When I was growing up on a farm in north-west Tasmania our fences were mainly barbed wire, supported by blackberries. I loved seeing the English style hawthorn hedges when we ventured further south, especially driving through sheep country in the Midlands.
Here is an account of hawthorn hedging from Tasmanian historian Peter Mercer;
Many of the early hawthorn plants were propagated by John Osborne and his family, who established an eleven acre nursery in Hobart’s Sandy Bay in the 1840s. Just look at the astonishing number of young trees available in the following advertisement;
By the end of the 19th century parts of Tasmania looked very much like rural England. A visitor from the mainland published an account of his tour in the Victorian Mercury and Weekly Courier in May 1891
‘The English looking hedge rows in many parts have bright green patches of lateral shoots, surrounded by some of darker hue, and others wear the sere and yellow leaf of autumn, enriched, as many of the roadside hedges are, with clusters of hawthorn berries.‘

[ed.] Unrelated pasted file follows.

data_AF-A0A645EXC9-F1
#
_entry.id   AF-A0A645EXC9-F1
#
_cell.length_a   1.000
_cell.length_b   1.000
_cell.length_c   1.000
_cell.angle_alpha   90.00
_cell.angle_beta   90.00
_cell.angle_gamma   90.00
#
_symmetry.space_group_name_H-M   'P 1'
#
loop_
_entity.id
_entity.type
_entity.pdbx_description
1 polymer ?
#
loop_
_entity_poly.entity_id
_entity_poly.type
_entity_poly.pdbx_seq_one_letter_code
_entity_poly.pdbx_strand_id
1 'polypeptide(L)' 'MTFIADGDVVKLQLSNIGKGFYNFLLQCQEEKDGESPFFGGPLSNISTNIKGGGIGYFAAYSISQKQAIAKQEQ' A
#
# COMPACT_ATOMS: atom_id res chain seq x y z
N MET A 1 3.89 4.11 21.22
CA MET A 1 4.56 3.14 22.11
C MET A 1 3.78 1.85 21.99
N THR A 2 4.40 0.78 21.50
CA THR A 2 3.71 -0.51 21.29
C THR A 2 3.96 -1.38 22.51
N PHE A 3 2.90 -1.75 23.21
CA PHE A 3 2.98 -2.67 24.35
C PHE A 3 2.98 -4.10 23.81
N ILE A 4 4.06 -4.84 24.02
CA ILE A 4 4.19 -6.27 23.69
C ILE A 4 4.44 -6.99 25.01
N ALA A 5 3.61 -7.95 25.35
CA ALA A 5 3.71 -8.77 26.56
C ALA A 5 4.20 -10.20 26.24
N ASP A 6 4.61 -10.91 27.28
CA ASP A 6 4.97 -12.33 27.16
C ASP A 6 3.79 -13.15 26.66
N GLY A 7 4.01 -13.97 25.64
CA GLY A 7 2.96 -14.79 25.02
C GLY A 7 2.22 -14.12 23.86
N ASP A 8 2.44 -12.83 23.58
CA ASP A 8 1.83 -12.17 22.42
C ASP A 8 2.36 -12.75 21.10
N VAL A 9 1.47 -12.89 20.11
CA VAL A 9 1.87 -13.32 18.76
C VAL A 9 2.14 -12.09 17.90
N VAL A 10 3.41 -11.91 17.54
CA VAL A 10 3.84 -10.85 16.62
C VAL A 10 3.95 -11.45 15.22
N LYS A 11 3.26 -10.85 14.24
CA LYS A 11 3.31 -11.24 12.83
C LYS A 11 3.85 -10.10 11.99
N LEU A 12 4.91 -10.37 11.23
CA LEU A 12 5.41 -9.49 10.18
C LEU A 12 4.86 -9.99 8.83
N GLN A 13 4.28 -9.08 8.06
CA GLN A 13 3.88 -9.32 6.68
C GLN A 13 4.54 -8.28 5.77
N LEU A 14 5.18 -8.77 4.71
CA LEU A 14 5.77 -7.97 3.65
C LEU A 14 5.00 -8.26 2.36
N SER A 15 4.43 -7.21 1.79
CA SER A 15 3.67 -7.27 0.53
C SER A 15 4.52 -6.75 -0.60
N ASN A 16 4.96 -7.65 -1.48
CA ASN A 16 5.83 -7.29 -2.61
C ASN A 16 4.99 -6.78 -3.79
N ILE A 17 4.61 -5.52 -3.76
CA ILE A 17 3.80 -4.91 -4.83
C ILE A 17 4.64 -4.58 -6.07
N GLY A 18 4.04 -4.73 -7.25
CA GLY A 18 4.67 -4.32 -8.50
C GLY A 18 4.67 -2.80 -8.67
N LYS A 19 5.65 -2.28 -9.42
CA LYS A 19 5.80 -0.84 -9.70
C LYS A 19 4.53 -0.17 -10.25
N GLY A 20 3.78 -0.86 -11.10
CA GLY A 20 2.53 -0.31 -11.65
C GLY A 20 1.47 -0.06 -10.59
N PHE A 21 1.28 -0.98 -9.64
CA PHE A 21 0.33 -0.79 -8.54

In springtime the frothy white flowers appear, as baby birds chirp from beautifully protected nests.
When hedges become old, gaps appear and they no longer fill the original purpose of enclosing livestock. A technique called hegelaying can solve the problem and is being revived in Tasmania.
Tasmanians Jason and Mary Henderson have created a boutique, gourmet food business using the hedgerow berries to create a paste. It’s perfect for the cheese platter. The couple moved from NSW to enjoy a simpler life and after moving onto their property they discovered a large copse of hawthorn. When the bright red, autumn berries appeared, Mary experimented in her kitchen. The result was something pretty special; sugar free as Mary’s father was diabetic.
For more on the couple’s innovative use of Tassie’s Hawthorn berries and other fruit products…. CLCK HERE https://www.hawthornehillfarm.com.au/about-us